Dmitriy Titov, a scientist at the European Space Agency, delivers a fascinating account of the groundbreaking discovery of the Mars Express mission. Titov received his Ph.D. and then pushed his career forward as a senior researcher at the Space Research Institute (IKI) of the Russian Academy of Sciences. He then brought his talents to the Max Planck Institute for Solar System Research, a research institute in astronomy and astrophysics that is located in Göttingen, Germany. Titov is internationally known for his important work on the atmospheres of terrestrial planets.
Titov discusses the successful mission of the European Space Agency’s Mars Express spacecraft, of which he is very involved as project scientist. Decades of speculation about the existence of liquid water on the red planet were brought to a conclusion as the project discovered a 12-mile wide lake beneath an ice cap on Mars’s southern pole. While the Mars Express faced many difficult analytical issues throughout its mission, the discovery was considered a breakthrough in planetary science and our general understanding of the evolution of the planet and its potential for habitability.
Titov discusses the process of using cratering records in an expansive geological survey of the red planet that provides information on the ages of different geological units, and with the use of spectrometers, water can be seen in Mars’s atmosphere. Additionally, scientists can use particle plasma instruments to note water escaping the planet, which changes its atmospheric condition. But the discovery of this liquid water trapped beneath a Mars ice cap solidifies theories that many scientists have posed.
The planetary scientist explains that while science has not yet discovered why the atmosphere changed so dramatically over time on Mars, theories abound that propose it may be due to its smaller size and thus inability to maintain consistency of atmosphere effectively. By measuring the escape of the atmosphere on the planet, Titov and the scientific community hope to understand the reasons for the change and how it came to happen.
He discusses the use of subsurface penetrating radar that can send electromagnetic pulses to the surface of the planet, which can then allow researchers to listen to the echo as it penetrates several kilometers below the surface. And through analyzation of the time delays on the echo, researchers can get an estimation of the relative thickness of layers to better understand the composition, etc. Bright reflections in the radar signals indicated to scientists that the presence of water did exist, for as Titov explains, only liquid water could produce this in the signals.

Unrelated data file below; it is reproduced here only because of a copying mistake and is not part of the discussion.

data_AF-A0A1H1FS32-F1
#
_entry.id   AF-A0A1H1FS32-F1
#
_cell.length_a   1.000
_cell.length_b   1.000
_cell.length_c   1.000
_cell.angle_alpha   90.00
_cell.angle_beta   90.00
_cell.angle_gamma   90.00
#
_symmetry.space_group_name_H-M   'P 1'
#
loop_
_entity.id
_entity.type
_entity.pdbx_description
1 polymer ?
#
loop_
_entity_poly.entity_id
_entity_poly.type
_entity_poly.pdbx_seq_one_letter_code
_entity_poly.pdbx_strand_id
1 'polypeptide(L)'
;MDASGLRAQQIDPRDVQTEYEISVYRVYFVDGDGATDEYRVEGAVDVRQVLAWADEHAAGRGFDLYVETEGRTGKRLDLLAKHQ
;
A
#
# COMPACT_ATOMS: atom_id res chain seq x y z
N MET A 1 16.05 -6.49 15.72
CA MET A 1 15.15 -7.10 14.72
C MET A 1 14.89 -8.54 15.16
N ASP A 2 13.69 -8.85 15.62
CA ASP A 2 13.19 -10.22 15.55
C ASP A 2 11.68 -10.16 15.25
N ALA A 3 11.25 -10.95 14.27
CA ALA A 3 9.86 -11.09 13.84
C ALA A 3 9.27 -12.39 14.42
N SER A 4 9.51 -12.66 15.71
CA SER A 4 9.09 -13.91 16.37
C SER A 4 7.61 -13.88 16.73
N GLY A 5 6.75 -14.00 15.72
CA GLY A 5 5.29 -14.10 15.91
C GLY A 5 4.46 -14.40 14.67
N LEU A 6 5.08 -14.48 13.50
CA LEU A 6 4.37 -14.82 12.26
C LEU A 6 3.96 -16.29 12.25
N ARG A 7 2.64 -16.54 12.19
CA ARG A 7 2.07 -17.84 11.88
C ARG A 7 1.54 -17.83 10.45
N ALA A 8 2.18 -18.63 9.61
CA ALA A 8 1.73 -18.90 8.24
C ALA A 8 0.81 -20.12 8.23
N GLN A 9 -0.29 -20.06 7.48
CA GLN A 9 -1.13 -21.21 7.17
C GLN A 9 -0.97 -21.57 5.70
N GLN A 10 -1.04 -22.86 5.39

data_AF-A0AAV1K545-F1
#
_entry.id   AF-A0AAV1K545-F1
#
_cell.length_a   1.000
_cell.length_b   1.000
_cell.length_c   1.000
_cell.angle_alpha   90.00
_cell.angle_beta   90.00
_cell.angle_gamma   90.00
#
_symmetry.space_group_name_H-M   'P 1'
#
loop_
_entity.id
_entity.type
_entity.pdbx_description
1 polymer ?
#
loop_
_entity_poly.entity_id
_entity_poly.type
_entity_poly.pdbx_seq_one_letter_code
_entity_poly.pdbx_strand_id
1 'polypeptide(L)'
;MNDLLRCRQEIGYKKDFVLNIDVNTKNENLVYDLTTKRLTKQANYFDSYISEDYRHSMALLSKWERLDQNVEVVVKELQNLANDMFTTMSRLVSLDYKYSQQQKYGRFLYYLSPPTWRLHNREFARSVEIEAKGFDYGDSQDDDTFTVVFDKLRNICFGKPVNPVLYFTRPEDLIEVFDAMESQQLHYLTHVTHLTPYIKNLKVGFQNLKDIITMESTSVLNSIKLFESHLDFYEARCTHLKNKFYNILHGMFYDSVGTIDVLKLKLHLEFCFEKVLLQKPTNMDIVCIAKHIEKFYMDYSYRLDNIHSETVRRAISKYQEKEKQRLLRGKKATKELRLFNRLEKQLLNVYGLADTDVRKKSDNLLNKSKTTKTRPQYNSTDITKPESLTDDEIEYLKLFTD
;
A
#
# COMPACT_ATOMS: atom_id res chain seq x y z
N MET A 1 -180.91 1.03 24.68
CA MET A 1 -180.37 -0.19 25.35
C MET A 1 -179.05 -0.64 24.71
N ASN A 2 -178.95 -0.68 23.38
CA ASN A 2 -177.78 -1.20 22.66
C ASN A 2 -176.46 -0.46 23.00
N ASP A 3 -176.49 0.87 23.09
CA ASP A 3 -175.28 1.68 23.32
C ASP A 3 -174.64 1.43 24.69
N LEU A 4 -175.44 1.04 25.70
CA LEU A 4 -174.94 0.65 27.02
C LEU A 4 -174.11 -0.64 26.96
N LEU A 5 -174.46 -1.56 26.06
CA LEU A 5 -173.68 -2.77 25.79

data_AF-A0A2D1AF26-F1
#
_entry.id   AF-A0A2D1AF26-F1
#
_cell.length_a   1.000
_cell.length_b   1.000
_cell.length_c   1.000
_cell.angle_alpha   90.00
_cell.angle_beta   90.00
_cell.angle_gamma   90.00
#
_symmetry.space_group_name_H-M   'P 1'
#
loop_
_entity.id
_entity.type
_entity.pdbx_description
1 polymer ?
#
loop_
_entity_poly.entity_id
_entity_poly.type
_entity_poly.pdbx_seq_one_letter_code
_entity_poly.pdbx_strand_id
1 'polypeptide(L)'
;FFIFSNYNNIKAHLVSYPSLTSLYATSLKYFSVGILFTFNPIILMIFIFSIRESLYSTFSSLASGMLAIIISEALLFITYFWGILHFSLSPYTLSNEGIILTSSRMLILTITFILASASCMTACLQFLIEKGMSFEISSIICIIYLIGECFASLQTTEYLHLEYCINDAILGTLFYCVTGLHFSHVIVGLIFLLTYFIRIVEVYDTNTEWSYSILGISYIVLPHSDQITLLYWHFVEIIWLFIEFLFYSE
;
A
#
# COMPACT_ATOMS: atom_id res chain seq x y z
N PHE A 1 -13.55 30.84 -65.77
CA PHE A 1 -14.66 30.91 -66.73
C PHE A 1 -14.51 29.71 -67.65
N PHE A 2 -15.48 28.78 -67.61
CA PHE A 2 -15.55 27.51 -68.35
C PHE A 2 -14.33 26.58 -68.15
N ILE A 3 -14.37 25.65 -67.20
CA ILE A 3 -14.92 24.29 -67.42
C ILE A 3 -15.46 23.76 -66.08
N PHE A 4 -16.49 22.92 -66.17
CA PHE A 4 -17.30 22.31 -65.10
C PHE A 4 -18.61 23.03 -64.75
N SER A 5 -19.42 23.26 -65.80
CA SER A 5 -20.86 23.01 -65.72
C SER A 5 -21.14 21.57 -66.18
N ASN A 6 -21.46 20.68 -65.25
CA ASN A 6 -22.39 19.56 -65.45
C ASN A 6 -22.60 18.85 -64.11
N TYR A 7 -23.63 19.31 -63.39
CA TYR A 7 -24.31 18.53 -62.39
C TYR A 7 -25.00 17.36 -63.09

The science expert details how a comparative analysis of gravity, magnetic fields, and various other factors on the different terrestrial planets can provide information about the complicated behavior of these complex systems. Titov provides analysis on some of the theories as to why liquid water exists below the ice cap surface. He explains that as water on Mars moves directly from the solid state to the gaseous state, bypassing the liquid state altogether, that the subsurface water indicates that the pressure is perhaps higher subsurface than on the surface. Additionally, the chemical content of the water probably differs as well, and all those factors help scientists to understand the possibilities of life below Mars’s surface. As the research expands, and new information comes forward, the fifteen-year-old Mars Express mission continues to bring new discoveries.
– Mars Express – https://www.esa.int/Our_Activities/Space_Science/Mars_Express
– Discovery of water on Mars – http://www.esa.int/Our_Activities/Space_Science/Mars_Express/Mars_Express_detects_liquid_water_hidden_under_planet_s_south_pole
– Image of dust storms on Mars – https://www.esa.int/Our_Activities/Space_Science/Highlights/A_storm_rolls_in
– Image “detecting buried water with radar” – http://www.esa.int/spaceinimages/Images/2018/07/Detecting_buried_water_with_radar
Here you can find an image of Dmitri, if needed – http://sci.esa.int/solar-system/48602-esa-scientists-honoured-by-the-egu-in-vienna/